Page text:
Highly Impactful U.S. Federal Court Decision on Law Enforcement Access to Data Stored Abroad: Status, Next Steps, and Other Moving Pieces

On January 24th, the Court of Appeals for the Second Circuit declined the U.S. government’s request for an en banc rehearing of the Circuit’s landmark Microsoft vs. United States decision. This refusal to revisit its July 2016-issued decision affirmed that U.S. law enforcement cannot arbitrarily demand access to data stored overseas by American companies outside of established international legal processes.

ACT | The App Association has been deeply engaged on these important issues and in this case, we filed an amicus curiae brief in support of Microsoft’s position. We and our members strongly supported the Second Circuit’s historic decision in mid-2016, and we now applaud its refusal to revisit the decision.

Before this decision, companies storing data overseas faced the potential of having to comply with a U.S. warrant’s demand for data when such a disclosure would violate the laws of another country where the data is stored. Fortunately, the court’s decision in Microsoft vs. United States reinforces the U.S. commitment to the international rule of law, as well as a technology-neutral approach to lawful access (i.e., that documents and data stored in the cloud should be treated the same as documents stored in a filing cabinet).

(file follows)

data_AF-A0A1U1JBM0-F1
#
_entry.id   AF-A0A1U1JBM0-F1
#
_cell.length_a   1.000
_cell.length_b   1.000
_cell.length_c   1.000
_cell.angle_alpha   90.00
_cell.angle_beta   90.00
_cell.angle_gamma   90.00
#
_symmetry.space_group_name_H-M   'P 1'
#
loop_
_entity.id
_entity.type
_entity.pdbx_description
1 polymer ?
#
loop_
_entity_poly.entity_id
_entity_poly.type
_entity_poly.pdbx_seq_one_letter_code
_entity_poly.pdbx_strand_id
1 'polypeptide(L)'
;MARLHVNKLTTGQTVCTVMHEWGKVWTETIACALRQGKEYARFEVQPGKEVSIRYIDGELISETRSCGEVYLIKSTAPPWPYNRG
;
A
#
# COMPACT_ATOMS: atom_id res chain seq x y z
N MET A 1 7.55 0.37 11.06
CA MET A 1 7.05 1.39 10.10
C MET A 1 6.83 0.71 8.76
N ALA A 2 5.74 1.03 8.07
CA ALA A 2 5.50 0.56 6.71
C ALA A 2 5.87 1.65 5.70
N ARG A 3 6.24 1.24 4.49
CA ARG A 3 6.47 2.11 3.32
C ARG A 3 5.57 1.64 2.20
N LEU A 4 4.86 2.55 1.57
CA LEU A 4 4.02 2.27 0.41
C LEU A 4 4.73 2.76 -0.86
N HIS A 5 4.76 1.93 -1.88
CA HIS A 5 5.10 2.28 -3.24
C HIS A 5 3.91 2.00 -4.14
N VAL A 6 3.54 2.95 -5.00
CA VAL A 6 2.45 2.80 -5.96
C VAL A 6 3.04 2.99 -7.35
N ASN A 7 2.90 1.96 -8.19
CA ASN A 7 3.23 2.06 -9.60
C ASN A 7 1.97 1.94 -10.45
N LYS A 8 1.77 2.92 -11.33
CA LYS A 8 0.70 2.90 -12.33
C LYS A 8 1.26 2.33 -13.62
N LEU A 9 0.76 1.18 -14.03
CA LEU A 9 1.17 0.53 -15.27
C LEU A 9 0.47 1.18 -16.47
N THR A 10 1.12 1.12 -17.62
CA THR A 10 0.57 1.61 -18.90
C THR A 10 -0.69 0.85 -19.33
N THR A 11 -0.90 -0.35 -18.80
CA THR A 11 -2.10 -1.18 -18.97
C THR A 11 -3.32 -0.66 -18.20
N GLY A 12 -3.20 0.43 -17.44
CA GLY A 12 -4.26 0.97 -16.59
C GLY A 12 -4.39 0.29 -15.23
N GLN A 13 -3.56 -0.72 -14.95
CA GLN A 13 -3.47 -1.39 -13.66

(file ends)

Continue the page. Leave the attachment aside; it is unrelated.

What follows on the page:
The decision also underscores that the 1986 Electronic Communications Privacy Act (ECPA) is increasingly inapplicable to today’s dynamic mobile technology that is driven by the widespread adoption of cloud computing services. In fact, the 2nd Circuit agreed, stating in its July decision that “[i]t is overdue for a congressional revision that would continue to protect privacy but would more effectively balance concerns of international comity with law enforcement needs and service provider obligations in the global context in which this case arose.”

The App Association supports the clarity the Microsoft vs. United States decision (as well the January 24-issued refusal to rehear the case en banc) provides to our member companies and the customers they serve. It reassures that – under today’s law – our member companies can continue to meet the privacy expectations of their customers and international clients, allowing them to grow their businesses and create more jobs.

Importantly, this decision reinforces that the technology community cannot be required to disclose end user data outside of established legal norms. The concept of trust is absolutely essential to small business innovators who cannot grow their business or reach new markets if they cannot guarantee the confidence of their existing (and potential new) consumers.

App Association members may be asking: what’s next? Procedurally, with its en banc hearing request denied, the DOJ’s final option is to petition the U.S. Supreme Court for a writ of certiorari. Absent an extension being granted by the Supreme Court, this petition is due no later than April 24th. Members should be assured that the App Association will remain engaged in this important case at all stages. Separately, the App Association continues to lead in advocating for Congress to modernize relevant U.S. laws to address the reality of a more mobile and connected world.

Written with Emily Baker

By | 2017-01-31T10:47:45+00:00 January 25th, 2017|